Hilary Putnam

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Hilary Whitehall Putnam (born July 31, 1926) is an American philosopher who has been a central figure in analytic philosophy since the 1960s, especially in philosophy of mind, philosophy of language, and philosophy of science.[2] He is known for his willingness to apply an equal degree of scrutiny to his own philosophical positions as to those of others, subjecting each position to rigorous analysis until he exposes its flaws.[3] As a result, he has acquired a reputation for frequently changing his own position.[4] Putnam is currently Cogan University Professor Emeritus at Harvard University.

In philosophy of mind, Putnam is known for his argument against the type-identity of mental and physical states based on his hypothesis of the multiple realizability of the mental, and for the concept of functionalism, an influential theory regarding the mind-body problem.[2][5] In philosophy of language, along with Saul Kripke and others, he developed the causal theory of reference, and formulated an original theory of meaning, inventing the notion of semantic externalism based on a famous thought experiment called Twin Earth.[6]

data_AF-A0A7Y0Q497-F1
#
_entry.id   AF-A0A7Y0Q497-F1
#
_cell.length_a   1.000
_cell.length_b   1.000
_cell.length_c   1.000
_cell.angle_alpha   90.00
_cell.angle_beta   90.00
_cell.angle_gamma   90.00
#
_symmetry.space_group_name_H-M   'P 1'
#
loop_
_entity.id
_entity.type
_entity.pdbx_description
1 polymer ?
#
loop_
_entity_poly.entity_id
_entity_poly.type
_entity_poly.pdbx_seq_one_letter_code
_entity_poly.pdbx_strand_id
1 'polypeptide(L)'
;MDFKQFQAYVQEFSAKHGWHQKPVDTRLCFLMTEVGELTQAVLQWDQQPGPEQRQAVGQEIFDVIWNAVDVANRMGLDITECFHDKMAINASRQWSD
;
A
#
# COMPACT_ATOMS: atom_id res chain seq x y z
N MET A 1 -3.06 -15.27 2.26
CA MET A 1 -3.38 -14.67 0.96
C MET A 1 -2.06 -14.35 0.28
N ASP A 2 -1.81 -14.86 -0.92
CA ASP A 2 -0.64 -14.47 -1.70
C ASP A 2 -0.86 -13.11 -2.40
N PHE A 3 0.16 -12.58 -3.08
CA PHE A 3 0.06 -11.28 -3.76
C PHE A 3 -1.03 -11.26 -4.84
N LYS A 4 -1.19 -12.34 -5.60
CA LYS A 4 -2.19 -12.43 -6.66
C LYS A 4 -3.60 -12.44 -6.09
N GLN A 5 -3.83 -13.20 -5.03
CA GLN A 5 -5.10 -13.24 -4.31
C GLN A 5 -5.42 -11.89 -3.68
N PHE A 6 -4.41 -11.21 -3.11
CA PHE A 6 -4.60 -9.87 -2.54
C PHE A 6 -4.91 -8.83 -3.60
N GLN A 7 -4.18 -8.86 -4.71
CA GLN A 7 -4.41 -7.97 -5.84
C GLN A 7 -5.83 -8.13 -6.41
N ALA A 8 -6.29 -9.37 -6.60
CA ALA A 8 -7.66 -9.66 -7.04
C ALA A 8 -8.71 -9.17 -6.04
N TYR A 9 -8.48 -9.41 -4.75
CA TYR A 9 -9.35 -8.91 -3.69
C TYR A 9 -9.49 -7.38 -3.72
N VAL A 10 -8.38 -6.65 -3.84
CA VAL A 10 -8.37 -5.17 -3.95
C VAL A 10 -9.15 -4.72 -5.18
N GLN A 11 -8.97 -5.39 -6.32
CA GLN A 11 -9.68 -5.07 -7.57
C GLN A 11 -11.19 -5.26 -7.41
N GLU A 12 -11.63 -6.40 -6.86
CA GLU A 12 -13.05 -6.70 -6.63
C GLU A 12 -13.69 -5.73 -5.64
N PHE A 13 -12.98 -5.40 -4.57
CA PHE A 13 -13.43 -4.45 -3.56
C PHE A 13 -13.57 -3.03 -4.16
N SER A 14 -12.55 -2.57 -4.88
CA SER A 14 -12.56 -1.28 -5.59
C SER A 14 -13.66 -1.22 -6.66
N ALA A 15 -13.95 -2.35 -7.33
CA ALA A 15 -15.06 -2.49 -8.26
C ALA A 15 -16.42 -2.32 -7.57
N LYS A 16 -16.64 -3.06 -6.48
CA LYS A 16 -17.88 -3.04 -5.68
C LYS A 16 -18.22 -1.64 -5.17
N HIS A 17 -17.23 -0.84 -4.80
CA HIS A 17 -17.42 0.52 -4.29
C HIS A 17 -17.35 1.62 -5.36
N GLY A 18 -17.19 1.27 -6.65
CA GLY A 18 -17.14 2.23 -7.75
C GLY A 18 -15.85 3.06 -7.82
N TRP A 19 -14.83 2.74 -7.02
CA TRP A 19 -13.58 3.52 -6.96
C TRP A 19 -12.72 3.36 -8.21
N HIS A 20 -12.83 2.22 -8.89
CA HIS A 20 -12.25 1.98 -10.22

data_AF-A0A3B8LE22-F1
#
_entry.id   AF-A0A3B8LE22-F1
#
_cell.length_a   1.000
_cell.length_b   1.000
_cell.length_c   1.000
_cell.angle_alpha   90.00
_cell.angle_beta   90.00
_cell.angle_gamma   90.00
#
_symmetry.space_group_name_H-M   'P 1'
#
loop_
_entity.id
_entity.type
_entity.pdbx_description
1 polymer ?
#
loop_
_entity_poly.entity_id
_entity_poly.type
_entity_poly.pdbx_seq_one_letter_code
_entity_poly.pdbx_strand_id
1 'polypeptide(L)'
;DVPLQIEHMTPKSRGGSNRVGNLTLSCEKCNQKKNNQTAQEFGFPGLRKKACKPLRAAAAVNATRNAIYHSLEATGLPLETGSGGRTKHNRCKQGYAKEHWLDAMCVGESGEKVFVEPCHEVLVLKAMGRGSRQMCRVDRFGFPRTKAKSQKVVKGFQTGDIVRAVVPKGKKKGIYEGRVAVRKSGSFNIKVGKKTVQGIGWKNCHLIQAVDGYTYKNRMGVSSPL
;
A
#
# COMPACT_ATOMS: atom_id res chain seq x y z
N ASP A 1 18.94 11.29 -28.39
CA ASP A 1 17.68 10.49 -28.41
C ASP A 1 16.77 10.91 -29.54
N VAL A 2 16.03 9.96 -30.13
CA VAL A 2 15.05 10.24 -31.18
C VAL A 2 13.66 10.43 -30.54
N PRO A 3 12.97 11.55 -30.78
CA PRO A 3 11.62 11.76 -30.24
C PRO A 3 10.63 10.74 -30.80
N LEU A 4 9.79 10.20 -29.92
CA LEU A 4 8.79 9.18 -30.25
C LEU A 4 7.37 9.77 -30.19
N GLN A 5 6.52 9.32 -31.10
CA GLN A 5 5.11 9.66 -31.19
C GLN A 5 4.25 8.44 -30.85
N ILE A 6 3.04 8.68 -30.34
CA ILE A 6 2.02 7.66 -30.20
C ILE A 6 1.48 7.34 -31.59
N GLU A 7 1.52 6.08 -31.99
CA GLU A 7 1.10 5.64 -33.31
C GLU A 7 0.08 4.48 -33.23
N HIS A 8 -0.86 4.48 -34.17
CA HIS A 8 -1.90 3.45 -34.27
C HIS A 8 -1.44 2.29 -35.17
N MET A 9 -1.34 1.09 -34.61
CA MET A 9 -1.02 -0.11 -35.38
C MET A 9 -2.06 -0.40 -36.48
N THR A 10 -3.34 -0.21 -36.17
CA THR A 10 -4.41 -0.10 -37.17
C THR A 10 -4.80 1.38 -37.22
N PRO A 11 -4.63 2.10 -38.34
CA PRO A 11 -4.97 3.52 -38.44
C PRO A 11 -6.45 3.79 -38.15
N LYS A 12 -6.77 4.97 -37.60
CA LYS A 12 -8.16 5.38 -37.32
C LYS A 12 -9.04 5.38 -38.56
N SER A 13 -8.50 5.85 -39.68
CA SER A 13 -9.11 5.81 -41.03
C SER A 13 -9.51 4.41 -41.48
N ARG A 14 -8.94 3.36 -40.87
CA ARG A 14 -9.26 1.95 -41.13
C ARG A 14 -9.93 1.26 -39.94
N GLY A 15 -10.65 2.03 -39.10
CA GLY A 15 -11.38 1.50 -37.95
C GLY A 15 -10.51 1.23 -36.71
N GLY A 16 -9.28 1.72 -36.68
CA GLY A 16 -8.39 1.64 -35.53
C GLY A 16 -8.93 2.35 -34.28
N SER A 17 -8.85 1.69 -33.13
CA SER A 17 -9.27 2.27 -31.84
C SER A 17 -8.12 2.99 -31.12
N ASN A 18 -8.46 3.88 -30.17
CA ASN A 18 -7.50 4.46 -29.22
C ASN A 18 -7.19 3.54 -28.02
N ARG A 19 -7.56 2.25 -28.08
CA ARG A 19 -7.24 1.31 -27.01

In philosophy of mathematics, he and his mentor W. V. Quine developed the "Quine-Putnam indispensability thesis," an argument for the reality of mathematical entities,[7] later espousing the view that mathematics is not purely logical, but "quasi-empirical".[8] In the field of epistemology, he is known for his critique of the well known "brain in a vat" thought experiment. This thought experiment appears to provide a powerful argument for epistemological skepticism, but Putnam challenges its coherence.[9] In metaphysics, he originally espoused a position called metaphysical realism, but eventually became one of its most outspoken critics, first adopting a view he called "internal realism",[10] which he later abandoned in favor of a pragmatist-inspired direct realism. Putnam's "direct realism" aims to return the study of metaphysics to the way people actually experience the world, rejecting the idea of mental representations, sense data, and other intermediaries between mind and world.[11] In his later work, Putnam has become increasingly interested in American pragmatism, Jewish philosophy, and ethics, thus engaging with a wider array of philosophical traditions. He has also displayed an interest in metaphilosophy, seeking to "renew philosophy" from what he identifies as narrow and inflated concerns.

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